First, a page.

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S. Korea to counter U.S. anti-dumping duties on steel, transformers at WTO

2018/02/14 11:20

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SEOUL, Feb. 14 (Yonhap) -- South Korea's trade ministry said Wednesday it will challenge the United States' slapping anti-dumping duties on Korean steel and transformers at the World Trade Organization (WTO), claiming the rates were set unfairly high.

The move comes after Washington slapped duties of up to 60.8 percent on Korean steel products from May to September 2016 and large power transformers in March 2017 using the Adverse Facts Available (AFA) provision.

The AFA provision allows for the levying of extremely high anti-dumping and countervailing tariffs if an accused company doesn't provide the data demanded by the U.S.

The Ministry of Trade, Industry and Energy said it will request consultations with the U.S. government and notify the WTO of its intent on Wednesday. If the two sides fail to reach an agreement within 60 days of the preliminary procedure, the ministry said it will request setting up a dispute settlement body to deal with the issue at the trade body.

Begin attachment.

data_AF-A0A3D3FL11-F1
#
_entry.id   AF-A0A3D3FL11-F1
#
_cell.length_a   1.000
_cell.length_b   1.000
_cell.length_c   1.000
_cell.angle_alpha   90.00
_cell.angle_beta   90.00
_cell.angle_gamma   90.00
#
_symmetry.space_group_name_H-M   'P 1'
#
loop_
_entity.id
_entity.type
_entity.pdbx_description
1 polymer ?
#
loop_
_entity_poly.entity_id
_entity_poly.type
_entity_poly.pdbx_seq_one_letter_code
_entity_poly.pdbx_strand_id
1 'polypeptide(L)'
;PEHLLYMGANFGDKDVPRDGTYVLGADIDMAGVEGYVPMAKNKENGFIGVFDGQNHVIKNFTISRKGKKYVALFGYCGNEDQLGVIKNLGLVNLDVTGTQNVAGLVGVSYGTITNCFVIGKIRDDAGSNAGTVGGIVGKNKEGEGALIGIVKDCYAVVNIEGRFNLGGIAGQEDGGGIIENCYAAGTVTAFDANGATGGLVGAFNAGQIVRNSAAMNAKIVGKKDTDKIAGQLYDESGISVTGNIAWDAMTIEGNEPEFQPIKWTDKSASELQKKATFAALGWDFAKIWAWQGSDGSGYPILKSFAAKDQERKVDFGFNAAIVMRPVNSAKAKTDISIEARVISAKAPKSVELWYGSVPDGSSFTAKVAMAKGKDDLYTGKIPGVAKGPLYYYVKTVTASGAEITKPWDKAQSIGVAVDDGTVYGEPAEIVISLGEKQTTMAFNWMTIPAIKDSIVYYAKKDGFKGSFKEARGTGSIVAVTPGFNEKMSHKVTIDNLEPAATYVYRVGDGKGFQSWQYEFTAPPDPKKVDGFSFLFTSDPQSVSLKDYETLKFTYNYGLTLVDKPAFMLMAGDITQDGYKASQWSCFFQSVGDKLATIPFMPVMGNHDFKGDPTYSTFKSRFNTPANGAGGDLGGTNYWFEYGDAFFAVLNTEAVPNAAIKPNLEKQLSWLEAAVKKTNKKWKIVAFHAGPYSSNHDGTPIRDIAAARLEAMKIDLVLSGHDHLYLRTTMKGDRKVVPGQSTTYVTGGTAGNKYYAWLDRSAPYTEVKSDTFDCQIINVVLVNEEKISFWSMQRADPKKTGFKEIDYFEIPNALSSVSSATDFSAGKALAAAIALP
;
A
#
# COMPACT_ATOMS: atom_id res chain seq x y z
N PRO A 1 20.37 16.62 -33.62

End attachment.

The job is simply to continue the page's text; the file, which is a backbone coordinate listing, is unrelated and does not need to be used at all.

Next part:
The Seoul government said it decided to bring the matter to the WTO as its past attempts to resolve the issue through various channels have resulted in no progress.

Trade tensions between the two nations continue to simmer, as the U.S. government has put in place more import restrictions on foreign goods under President Donald Trump's "America First" trade policy.

Trump last month signed a move that would place safeguard tariffs of up to 30 percent on imported washing machines and solar cells. The president claimed such a step would better protect American jobs.

Since January, bilateral talks have been under way over the U.S. safeguard measures. If no understanding is reached in the 60-day window, Seoul can lodge a complaint with the WTO next month.

During the second round of talks to amend the bilateral free trade agreements earlier this month, South Korean negotiators raised issues related to the anti-dumping procedure and expressed strong concerns over rising trade remedies by the U.S. government, the country's trade minister Kim Hyun-chong said earlier.